Parable of the Plow Horse and the Chimera
Once upon a time, there was a farmer with a plow horse. Every day, the farmer and the horse worked together to grow crops.
The work was hard, but they produced lots of food. Some they ate. Some they sold and made money to use to buy other things they needed. All in all, they had a pretty good life.
One day, the farmer's friends told him about a chimera that had been seen in the nearby hills. (Fortunately, it wasn't ferocious like most of its kind.) Many of his friends went out to see it.
Some said it looked funny. Others thought it looked scary. Everyone said it was the most interesting thing they'd ever seen.
As word spread, visitors would come from far and near to see the magical beast.
One day, when the crops were planted and watered, the farmer set the plow horse free to graze and walked out into the hills to see the chimera. Just as he came upon the place where it played during the day, rain began to fall. The chimera left the field and entered the woods in search of shelter. The trees helped, but weren't thick enough to keep it completely dry.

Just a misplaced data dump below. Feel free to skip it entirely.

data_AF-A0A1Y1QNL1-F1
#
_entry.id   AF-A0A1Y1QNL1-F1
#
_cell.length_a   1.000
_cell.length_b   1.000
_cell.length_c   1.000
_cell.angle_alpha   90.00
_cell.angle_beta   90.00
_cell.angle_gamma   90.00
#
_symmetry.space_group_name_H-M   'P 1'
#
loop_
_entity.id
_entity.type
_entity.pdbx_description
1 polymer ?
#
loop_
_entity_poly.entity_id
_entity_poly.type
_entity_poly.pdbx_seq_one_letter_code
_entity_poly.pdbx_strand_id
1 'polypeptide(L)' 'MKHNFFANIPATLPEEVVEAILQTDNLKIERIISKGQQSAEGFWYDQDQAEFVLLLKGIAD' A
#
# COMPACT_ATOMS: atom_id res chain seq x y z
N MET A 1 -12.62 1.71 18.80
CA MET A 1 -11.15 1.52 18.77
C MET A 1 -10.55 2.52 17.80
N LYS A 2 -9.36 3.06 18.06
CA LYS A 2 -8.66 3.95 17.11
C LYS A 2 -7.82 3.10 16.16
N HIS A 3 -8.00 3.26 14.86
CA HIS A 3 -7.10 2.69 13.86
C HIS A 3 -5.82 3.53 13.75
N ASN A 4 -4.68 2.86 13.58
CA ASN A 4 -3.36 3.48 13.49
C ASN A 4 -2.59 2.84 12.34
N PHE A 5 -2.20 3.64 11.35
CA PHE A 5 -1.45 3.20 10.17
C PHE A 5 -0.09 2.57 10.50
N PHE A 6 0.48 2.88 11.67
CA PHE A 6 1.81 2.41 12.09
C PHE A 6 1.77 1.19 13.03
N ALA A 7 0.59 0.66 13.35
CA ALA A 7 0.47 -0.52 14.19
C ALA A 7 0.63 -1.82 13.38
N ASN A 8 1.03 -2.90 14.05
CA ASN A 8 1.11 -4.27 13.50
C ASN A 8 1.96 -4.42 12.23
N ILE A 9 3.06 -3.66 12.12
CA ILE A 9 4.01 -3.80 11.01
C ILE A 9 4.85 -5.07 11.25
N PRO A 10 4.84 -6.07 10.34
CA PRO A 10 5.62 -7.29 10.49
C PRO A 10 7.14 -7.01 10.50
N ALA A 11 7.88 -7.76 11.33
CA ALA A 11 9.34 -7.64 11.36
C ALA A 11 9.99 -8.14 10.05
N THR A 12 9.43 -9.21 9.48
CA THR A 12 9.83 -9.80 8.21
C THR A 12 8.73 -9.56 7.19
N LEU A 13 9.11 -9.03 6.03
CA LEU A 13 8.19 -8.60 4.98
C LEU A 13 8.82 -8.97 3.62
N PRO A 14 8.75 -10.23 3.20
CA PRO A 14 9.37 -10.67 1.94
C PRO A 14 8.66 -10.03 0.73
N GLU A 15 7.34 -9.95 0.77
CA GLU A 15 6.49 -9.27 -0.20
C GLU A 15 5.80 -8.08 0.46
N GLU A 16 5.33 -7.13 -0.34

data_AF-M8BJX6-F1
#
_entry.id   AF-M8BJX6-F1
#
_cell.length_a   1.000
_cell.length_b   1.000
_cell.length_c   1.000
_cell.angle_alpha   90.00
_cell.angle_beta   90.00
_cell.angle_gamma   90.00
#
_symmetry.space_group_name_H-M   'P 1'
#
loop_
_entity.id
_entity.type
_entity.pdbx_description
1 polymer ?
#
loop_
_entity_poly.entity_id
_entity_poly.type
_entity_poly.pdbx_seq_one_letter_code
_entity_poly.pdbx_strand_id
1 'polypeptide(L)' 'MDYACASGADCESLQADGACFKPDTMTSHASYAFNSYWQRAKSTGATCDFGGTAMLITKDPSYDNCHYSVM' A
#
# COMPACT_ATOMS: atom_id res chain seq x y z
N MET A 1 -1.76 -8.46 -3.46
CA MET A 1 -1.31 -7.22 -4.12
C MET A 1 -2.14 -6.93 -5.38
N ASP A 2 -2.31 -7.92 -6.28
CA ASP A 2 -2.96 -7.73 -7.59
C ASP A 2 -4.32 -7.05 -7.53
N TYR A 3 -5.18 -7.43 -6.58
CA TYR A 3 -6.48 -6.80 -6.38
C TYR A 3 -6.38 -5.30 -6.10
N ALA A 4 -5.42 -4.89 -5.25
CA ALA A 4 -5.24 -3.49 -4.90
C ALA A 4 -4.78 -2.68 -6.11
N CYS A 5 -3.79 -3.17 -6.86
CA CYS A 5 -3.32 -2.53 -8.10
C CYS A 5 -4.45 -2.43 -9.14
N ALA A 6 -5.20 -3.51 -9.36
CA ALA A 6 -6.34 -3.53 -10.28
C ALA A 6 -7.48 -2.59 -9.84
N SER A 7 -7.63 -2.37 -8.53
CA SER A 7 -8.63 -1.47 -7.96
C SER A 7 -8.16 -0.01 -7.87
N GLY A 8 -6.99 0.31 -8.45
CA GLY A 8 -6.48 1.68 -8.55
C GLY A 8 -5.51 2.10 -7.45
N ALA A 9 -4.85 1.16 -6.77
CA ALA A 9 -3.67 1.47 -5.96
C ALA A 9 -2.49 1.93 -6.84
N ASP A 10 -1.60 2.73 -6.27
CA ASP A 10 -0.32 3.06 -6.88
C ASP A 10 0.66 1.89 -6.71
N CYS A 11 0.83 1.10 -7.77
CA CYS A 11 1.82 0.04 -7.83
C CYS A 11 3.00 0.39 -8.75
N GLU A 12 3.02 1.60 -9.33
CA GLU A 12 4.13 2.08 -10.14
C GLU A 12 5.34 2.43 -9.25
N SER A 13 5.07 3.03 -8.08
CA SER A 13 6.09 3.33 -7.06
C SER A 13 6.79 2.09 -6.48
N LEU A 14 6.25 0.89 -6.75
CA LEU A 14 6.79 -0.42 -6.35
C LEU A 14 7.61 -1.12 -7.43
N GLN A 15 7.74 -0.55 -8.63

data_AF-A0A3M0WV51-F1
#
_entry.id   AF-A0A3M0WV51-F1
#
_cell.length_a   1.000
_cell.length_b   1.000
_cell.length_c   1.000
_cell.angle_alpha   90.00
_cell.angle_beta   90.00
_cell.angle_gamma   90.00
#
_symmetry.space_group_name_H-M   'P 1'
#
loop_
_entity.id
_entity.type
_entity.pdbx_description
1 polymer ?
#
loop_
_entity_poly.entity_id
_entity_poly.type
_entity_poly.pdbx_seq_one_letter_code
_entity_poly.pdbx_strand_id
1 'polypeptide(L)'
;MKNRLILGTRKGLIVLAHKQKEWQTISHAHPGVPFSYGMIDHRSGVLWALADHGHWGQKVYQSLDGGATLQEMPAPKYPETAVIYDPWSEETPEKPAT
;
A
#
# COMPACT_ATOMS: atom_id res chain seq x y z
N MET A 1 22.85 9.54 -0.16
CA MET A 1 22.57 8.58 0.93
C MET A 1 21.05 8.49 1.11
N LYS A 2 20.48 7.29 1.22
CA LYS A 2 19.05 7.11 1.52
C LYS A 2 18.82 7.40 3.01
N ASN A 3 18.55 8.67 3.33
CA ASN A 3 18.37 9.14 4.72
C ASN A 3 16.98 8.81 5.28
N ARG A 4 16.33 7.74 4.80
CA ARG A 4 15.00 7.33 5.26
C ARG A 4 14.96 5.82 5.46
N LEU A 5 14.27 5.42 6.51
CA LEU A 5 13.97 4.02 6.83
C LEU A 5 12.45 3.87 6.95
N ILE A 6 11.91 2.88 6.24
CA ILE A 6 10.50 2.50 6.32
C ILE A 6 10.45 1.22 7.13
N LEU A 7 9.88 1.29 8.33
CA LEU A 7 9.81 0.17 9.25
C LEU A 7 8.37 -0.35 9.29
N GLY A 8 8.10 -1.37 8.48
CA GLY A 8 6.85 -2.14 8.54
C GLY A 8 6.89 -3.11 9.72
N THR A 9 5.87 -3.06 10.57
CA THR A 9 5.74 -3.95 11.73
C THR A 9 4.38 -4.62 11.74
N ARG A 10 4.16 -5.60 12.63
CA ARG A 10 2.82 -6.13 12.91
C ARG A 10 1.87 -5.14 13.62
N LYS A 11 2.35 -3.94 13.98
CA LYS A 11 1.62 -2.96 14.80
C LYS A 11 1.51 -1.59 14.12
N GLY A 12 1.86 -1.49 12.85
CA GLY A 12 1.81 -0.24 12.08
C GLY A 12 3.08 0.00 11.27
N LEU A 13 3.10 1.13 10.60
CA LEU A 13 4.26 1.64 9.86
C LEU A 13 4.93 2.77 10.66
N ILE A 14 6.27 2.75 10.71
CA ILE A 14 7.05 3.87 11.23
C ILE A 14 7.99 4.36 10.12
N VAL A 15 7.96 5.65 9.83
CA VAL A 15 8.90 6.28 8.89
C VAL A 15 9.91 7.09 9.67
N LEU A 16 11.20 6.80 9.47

As the farmer watched the chimera mope under the trees, he got an idea.
The next day, he hooked up the plow horse and plowed part of his field under. Then he cut down some trees, had the horse drag them back to the plowed part of the field, and used them to build a hut and several gazebos.
The next time the skies looked like rain, the farmer took some food out to the hills and used it to lure the chimera back to his farm. As rain began to fall, the chimera took shelter in the hut, where it found more food waiting.
From then on, the chimera spent most of its time at the farm. People came from far and near to see it. For a small admission fee, they were allowed onto the land, where from the comfort of the gazebos, they watched the chimera frolic.
The farmer and horse continued to farm the part of the land that hadn't been plowed under (which shrank a little over time :-), partly for the love of labor, and partly to grow food to sell to their visitors.
The farmer, the horse, and the chimera lived happily ever after off the admission fees and proceeds from the concession stand.
Lessons from this parable:
- Nobody gets paid to show off a wild chimera.
- Hard work is good. Smart work is even better, but it still takes work.
- If you've got a chimera, fantastic. But it takes work to get and maintain one.